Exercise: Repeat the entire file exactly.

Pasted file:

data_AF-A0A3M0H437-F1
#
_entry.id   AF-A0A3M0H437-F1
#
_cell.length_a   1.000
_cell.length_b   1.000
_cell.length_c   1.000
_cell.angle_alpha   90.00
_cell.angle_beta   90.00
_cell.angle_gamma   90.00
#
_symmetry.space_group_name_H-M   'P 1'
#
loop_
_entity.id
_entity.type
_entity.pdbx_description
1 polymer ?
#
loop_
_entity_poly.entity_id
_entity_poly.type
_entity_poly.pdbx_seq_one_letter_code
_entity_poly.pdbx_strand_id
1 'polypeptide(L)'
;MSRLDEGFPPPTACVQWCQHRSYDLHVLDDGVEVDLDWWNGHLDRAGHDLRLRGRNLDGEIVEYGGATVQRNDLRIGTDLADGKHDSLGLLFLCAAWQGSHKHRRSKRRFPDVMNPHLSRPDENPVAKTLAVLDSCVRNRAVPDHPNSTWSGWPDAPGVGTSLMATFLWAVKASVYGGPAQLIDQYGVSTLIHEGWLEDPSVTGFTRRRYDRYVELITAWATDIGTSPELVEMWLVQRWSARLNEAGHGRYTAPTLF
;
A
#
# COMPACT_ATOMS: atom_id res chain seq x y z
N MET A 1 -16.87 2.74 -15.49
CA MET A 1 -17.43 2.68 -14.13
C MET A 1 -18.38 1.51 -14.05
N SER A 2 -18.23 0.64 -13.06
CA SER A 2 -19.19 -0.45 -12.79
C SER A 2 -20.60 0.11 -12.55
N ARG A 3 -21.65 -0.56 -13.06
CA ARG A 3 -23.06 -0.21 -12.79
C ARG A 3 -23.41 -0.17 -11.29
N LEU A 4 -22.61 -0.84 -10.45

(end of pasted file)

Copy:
data_AF-A0A3M0H437-F1
#
_entry.id   AF-A0A3M0H437-F1
#
_cell.length_a   1.000
_cell.length_b   1.000
_cell.length_c   1.000
_cell.angle_alpha   90.00
_cell.angle_beta   90.00
_cell.angle_gamma   90.00
#
_symmetry.space_group_name_H-M   'P 1'
#
loop_
_entity.id
_entity.type
_entity.pdbx_description
1 polymer ?
#
loop_
_entity_poly.entity_id
_entity_poly.type
_entity_poly.pdbx_seq_one_letter_code
_entity_poly.pdbx_strand_id
1 'polypeptide(L)'
;MSRLDEGFPPPTACVQWCQHRSYDLHVLDDGVEVDLDWWNGHLDRAGHDLRLRGRNLDGEIVEYGGATVQRNDLRIGTDLADGKHDSLGLLFLCAAWQGSHKHRRSKRRFPDVMNPHLSRPDENPVAKTLAVLDSCVRNRAVPDHPNSTWSGWPDAPGVGTSLMATFLWAVKASVYGGPAQLIDQYGVSTLIHEGWLEDPSVTGFTRRRYDRYVELITAWATDIGTSPELVEMWLVQRWSARLNEAGHGRYTAPTLF
;
A
#
# COMPACT_ATOMS: atom_id res chain seq x y z
N MET A 1 -16.87 2.74 -15.49
CA MET A 1 -17.43 2.68 -14.13
C MET A 1 -18.38 1.51 -14.05
N SER A 2 -18.23 0.64 -13.06
CA SER A 2 -19.19 -0.45 -12.79
C SER A 2 -20.60 0.11 -12.55
N ARG A 3 -21.65 -0.56 -13.06
CA ARG A 3 -23.06 -0.21 -12.79
C ARG A 3 -23.41 -0.17 -11.29
N LEU A 4 -22.61 -0.84 -10.45